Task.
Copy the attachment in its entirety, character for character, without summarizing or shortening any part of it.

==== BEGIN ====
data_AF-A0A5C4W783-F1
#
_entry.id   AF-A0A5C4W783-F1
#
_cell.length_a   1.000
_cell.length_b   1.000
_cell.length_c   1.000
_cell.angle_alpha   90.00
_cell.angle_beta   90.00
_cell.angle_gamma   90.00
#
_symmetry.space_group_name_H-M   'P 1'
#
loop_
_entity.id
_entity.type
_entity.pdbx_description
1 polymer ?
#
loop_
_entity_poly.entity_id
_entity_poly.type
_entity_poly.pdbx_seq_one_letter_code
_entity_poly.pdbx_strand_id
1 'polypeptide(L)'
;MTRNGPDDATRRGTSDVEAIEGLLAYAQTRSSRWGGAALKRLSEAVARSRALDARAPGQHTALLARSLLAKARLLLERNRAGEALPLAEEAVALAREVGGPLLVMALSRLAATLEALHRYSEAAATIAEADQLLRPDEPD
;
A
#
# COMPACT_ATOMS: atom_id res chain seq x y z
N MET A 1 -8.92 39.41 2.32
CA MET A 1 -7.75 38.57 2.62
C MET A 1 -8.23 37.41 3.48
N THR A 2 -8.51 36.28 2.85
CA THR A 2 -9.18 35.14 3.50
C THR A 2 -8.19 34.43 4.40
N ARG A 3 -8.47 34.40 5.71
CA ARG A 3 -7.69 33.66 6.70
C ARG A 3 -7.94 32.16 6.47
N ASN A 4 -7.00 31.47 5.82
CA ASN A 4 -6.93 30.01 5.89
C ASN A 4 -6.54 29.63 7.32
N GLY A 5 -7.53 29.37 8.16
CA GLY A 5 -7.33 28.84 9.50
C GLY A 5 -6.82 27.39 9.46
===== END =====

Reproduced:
data_AF-A0A5C4W783-F1
#
_entry.id   AF-A0A5C4W783-F1
#
_cell.length_a   1.000
_cell.length_b   1.000
_cell.length_c   1.000
_cell.angle_alpha   90.00
_cell.angle_beta   90.00
_cell.angle_gamma   90.00
#
_symmetry.space_group_name_H-M   'P 1'
#
loop_
_entity.id
_entity.type
_entity.pdbx_description
1 polymer ?
#
loop_
_entity_poly.entity_id
_entity_poly.type
_entity_poly.pdbx_seq_one_letter_code
_entity_poly.pdbx_strand_id
1 'polypeptide(L)'
;MTRNGPDDATRRGTSDVEAIEGLLAYAQTRSSRWGGAALKRLSEAVARSRALDARAPGQHTALLARSLLAKARLLLERNRAGEALPLAEEAVALAREVGGPLLVMALSRLAATLEALHRYSEAAATIAEADQLLRPDEPD
;
A
#
# COMPACT_ATOMS: atom_id res chain seq x y z
N MET A 1 -8.92 39.41 2.32
CA MET A 1 -7.75 38.57 2.62
C MET A 1 -8.23 37.41 3.48
N THR A 2 -8.51 36.28 2.85
CA THR A 2 -9.18 35.14 3.50
C THR A 2 -8.19 34.43 4.40
N ARG A 3 -8.47 34.40 5.71
CA ARG A 3 -7.69 33.66 6.70
C ARG A 3 -7.94 32.16 6.47
N ASN A 4 -7.00 31.47 5.82
CA ASN A 4 -6.93 30.01 5.89
C ASN A 4 -6.54 29.63 7.32
N GLY A 5 -7.53 29.37 8.16
CA GLY A 5 -7.33 28.84 9.50
C GLY A 5 -6.82 27.39 9.46